Let's talk about creating a
main function in Python.
Many programming languages have the notion of a
main function (or a
main method), which acts as the entry point for a program.
Python does not have
We have a Python script called
import random salutations = ["Hello", "Hey", "Hi", "Hiya", "Howdy"] def greet(): """Print a salutation.""" print(random.choice(salutations)) greet()
When we run
greet.py from our system command-line, Python runs all of the code in this file:
$ python3 greet.py Hi
But what if we import this Python file?
If we import our
greet module, Python also runs all of the code in our file:
>>> import greet Hey
We're seeing "Hey" printed out at import time because Python ran our
greet function (which we called at the bottom of our module):
It's very weird to see something printed out when we just import a module.
greet.py file wasn't actually meant to be used as a module.
This file wasn't meant to be imported; it was meant to be run as a script.
What if we wanted to make one
.py file that could both be imported as a module and could be used as a Python script (by being run from the command-line)?
This version of our
greet.py file can be run as a program to print out a random greeting:
$ python3 greet.py Howdy $ python3 greet.py Hiya
But if we import it as a module, it doesn't do anything (except give us access to functions and whatever else is in that module):
>>> import greet >>> greet.greet() Hiya
How is this possible in Python?
It turns out there's a way to ask, are we being run from the command-line.
Or put another way, is our current Python module the entry point to our Python process?
This question can be asked using the statement
__name__ == "__main__".
This version of
greet.py works as both a command-line script and an import-able module:
import random salutations = ["Hello", "Hey", "Hi", "Hiya", "Howdy"] def greet(): """Print a salutation.""" print(random.choice(salutations)) if __name__ == "__main__": greet()
Every module has a
__name__ variable, and by default the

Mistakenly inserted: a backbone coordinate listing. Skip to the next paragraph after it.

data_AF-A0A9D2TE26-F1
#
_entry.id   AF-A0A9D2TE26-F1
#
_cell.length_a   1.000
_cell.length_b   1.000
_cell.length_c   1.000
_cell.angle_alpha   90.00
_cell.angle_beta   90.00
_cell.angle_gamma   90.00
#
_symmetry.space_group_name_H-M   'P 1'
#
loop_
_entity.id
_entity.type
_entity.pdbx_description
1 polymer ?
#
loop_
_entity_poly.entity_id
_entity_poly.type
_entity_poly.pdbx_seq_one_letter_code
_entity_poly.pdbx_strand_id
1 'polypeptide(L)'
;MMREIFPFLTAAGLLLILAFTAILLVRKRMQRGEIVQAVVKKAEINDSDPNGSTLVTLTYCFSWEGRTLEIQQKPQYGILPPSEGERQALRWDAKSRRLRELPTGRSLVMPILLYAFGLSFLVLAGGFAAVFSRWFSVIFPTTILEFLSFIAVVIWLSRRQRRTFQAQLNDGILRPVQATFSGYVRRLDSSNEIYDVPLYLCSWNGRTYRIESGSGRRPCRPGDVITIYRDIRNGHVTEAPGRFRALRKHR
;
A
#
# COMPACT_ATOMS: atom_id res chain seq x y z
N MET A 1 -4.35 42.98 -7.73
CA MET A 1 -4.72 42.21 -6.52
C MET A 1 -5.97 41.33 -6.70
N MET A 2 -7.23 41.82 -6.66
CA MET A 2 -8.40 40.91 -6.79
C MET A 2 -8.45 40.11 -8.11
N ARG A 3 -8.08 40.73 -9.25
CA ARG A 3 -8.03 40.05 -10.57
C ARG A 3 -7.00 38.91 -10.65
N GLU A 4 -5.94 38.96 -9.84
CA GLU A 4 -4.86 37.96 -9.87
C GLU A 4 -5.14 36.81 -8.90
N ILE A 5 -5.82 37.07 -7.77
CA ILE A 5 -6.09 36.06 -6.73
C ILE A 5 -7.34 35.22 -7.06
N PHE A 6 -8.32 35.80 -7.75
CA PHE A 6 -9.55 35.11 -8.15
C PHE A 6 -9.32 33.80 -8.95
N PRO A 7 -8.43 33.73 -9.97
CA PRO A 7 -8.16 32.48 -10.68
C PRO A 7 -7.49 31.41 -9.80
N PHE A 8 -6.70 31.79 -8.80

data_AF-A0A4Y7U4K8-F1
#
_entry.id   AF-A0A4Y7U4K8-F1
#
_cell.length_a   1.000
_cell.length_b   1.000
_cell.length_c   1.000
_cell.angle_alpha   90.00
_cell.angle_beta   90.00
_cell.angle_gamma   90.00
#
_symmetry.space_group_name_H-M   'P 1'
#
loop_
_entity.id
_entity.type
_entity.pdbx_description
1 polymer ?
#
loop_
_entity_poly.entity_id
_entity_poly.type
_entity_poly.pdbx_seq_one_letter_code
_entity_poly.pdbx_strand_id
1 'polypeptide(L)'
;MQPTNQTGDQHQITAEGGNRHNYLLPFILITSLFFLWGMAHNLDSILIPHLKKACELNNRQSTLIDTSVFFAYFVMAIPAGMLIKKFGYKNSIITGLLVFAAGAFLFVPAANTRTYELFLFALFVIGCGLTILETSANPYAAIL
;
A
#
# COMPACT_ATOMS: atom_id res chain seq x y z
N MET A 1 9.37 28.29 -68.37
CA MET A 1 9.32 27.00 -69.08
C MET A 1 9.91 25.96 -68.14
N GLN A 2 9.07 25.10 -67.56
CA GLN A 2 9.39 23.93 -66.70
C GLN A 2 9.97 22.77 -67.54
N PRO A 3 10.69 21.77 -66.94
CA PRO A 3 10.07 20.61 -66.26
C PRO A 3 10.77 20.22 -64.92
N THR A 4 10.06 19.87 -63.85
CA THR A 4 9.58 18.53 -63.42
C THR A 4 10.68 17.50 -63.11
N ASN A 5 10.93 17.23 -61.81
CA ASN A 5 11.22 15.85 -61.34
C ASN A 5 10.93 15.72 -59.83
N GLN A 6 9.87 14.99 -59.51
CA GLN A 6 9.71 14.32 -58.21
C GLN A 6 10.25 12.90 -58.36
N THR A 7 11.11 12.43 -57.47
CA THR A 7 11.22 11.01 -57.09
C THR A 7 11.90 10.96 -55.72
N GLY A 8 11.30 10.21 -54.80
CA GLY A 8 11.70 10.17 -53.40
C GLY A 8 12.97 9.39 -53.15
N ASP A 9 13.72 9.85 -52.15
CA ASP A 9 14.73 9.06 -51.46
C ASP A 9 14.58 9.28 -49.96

__name__ variable in each module is a string representing the name of that module:
>>> import greet >>> greet.__name__ 'greet'
That's the case if we're importing a module.
But what if we run that our
greet.py file from the command-line?
In that case,
__name__ is not going to be the name of that module.
Instead, it's going to be
That's why running
greet.py also runs the
$ python3 greet.py Hiya
This block of code is really asking the question are we the entry point to our Python program (are we being run from the command-line rather than being imported as a module)?
if __name__ == "__main__": greet()
If we are being run from the command-line then we run our
mainfunction isn't special, it's just another name
You may sometimes see Python programs that have a
import random salutations = ["Hello", "Hey", "Hi", "Hiya", "Howdy"] def main(): """Print a salutation.""" print(random.choice(salutations)) if __name__ == "__main__": main()
Python doesn't know about
main functions, but there's nothing stopping us from making a function called
main that we only call if we're being run from the command-line.
If you need to make a single Python file that can both be used as a module (being imported) and can be run as a Python script to do something, you can check the variable
__name__ in your module to see whether it's equal to the string
Hello friendly web visitor! 👋
This page is part of Python Morsels, an online Python skill-building service.
The best way to learn is by doing. In the case of Python that means writing Python code. If you'd like to improve your Python skills every week, try out Python Morsels by entering your email below to create an account.
Python Morsels topics pages are free and the first month's worth of exercises is free as well. You don't need to enter payment details to sign up.
You can find explanations of many other Python topics by signing up below.
Intro to Python courses often skip over some fundamental Python concepts.
Sign up below and I'll share ideas new Pythonistas often overlook.